Also, teen drivers are less experienced with poor roadway conditions, dangerous driver behavior and night driving than older, seasoned motorists. Thus, it's easy to see why insurance companies judge teen drivers as more likely to get into a car accident. Remember, adding a high-risk driver to your auto insurance policy will make your rates go up, so consider Allstate for better-than-average rates for your high-risk teen driver.

While Allstate is best for teen drivers or new drivers, Erie is great for people with speeding tickets, American Family is excellent for those who've had accidents, the Hartford works well with senior drivers, and, as mentioned before, Geico is solid for drivers with a bad credit history. When you compare rates, ask the licensed agent if their company has an insurance rate that is better in a certain high-risk category than its closest competitor's insurance rate in that same area.

SR-22 and FR-44 Filings

If you are a driver that has been involved in an at-fault uninsured car accident or, for instance, convicted of a DUI/DWI offense, your state's department of motor vehicles may require you to file an SR-22 form to reinstate your driving privileges. Sometimes referred to as a "certificate of insurance," an SR-22 is not a replacement for personal automobile liability insurance but an add-on; that is, you cannot get an SR-22 certificate unless you meet your state's bare-minimum standard for auto insurance coverage.

Many insurers automatically consider SR-22 drivers to be a high risk, never mind if that driver is newly licensed or has low credit or poor credit. But not every insurance company offers the SR-22 add-on coverage, while many do. Here's a list of some of the major insurers that offer this high-risk coverage:

  • Acceptance Insurance
  • Allstate
  • Dairyland Insurance
  • Direct Auto Insurance
  • Esurance
  • The General
  • Infinity Insurance
  • Liberty Mutual
  • Nationwide
  • SafeAuto
  • State Farm
  • 21st Century
  • USAA

So, if you have an SR-22 requirement due to moving violations, at-fault accidents or, for instance, a driving-under-the-influence conviction, these companies are worth a squint.

On the other hand, while your insurance provider may offer SR-22 services, your state department of motor vehicles may not even require it. Here is a list of the 11 states that do not at any time mandate SR-22 add-on coverage:

  • Delaware
  • Kentucky
  • Maryland
  • Minnesota
  • New Jersey
  • New Mexico
  • New York
  • North Carolina
  • Oklahoma
  • Pennsylvania
  • Rhode Island

But if you do happen to live in a state with an SR-22 stipulation, the price of added SR-22 protection varies from company to company and partly depends on an individual driver's location, vehicle, driving record, insurance history and other parameters. Of course, all this data is used to calculate your individual insurance costs, including insurance premiums.

Let's take some concrete examples: An Allstate policy for $600 may cost up to $700 with added SR-22 coverage. Likewise, a $880 Liberty Mutual policy may cost up to $935, and a $920 State Farm policy could cost up to $1,000. As you can see, the cost of SR-22 coverage can vary from about $50 to about $100, so it pays to comparison-shop. Of course, car insurance premiums—the up-front fee a driver must pay before an insurance company starts to reimburse for damages—also vary, depending on the insurance company and the insured's record.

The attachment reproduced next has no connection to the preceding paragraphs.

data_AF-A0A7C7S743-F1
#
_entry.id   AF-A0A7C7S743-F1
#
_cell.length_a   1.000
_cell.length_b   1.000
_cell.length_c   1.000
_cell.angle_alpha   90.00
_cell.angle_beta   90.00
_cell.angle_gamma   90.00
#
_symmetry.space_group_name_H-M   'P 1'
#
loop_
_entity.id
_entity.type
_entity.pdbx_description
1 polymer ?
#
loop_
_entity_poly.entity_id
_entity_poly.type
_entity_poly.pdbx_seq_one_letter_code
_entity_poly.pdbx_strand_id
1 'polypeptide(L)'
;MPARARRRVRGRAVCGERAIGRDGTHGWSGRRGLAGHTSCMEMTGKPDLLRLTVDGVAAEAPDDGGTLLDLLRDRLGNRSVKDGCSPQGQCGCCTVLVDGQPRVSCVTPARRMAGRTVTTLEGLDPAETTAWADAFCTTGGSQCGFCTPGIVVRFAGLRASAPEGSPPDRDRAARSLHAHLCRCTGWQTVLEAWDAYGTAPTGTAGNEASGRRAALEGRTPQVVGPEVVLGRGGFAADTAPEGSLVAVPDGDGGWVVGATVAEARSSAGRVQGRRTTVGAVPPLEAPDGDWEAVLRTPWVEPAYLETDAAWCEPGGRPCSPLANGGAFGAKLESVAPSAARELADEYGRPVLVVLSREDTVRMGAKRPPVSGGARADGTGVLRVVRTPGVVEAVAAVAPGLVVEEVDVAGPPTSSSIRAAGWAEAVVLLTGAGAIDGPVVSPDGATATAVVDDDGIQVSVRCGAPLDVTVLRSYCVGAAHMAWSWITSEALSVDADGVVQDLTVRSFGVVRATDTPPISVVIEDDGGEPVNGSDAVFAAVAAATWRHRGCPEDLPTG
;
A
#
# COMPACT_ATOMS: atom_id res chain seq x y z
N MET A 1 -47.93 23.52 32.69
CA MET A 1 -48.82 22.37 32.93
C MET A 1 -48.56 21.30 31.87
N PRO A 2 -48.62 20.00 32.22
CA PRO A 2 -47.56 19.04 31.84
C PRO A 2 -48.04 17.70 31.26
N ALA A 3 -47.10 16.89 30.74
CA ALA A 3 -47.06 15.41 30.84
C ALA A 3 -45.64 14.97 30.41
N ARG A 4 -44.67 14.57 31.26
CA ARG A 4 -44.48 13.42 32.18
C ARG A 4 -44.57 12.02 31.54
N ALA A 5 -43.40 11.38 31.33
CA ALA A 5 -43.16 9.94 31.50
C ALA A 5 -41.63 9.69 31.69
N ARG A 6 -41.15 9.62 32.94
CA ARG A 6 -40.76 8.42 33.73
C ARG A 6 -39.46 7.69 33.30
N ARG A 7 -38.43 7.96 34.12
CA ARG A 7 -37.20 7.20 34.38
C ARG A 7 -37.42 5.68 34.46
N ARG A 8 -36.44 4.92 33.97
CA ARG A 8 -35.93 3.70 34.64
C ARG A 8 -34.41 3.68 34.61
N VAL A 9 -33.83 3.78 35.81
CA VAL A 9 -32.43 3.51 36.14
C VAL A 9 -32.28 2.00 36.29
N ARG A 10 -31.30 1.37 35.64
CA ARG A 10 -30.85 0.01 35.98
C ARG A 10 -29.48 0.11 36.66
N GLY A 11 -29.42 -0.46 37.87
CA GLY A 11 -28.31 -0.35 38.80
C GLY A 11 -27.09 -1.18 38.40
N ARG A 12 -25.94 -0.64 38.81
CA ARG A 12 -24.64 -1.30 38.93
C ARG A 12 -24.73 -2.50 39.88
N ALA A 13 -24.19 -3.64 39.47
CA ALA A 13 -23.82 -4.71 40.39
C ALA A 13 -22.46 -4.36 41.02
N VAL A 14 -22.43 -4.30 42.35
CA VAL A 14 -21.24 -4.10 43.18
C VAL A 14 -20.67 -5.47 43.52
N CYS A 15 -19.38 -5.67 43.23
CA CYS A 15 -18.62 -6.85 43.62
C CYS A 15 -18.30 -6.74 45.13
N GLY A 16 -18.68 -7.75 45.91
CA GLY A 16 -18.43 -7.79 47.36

Florida and Virginia are the only states that demand  FR-44 coverage, which is usually required after a DUI/DWI conviction. FR-44 coverage is not unlike SR-22 coverage, but its liability limits are usually about twice the state's SR-22 minimum-coverage mandate. For example, if Old Dominion's state-mandated bare-bones car insurance standard necessitates $25,000 per person and $50,000 per accident for bodily injury and $20,000 per accident for property damage, an FR-44 stipulation will require a driver to have coverage for double those limits.

High-Risk Car Insurance Doesn't Have to Be High Cost

Regarding drivers who are considered high risk, some insurance companies come out on the high side when it comes to price. For example, Anchor charges, on average, about $80 a month, and Safeway charges about $116 a month, while Hallmark ($130), Arrowhead ($225) and Farmers ($250) charge, on average, quite a bit more. However, remember that after five years, these coverage rates typically will go down if you maintain a safe driving record and bring up your credit score.

Other companies have decidedly lower rates. For example, while Bristol charges, on average, $45 for its monthly insurance cost, and Dairlyand expects about $35, Mercury ($30), MetLife ($26) and Kemper ($4) offer rock-bottom prices. The best part is that SmartFinancial compares them all for you.

If there's one message the high-risk driver should remember, it's the injunction to shop around and compare prices from many different auto insurance carriers. Founded in 2012, SmartFinancial has more than 200 partners in the insurance industry and a network of licensed insurance agents. The company uses artificial intelligence, machine learning and next-gen algorithms to find the best, lowest-priced insurance policies for a diverse set of customers. You can get a free quote just by entering your zip code below and answering basic questions. If you dial 855-214-2291, you can speak directly with a SmartFinancial agent for a free consultation.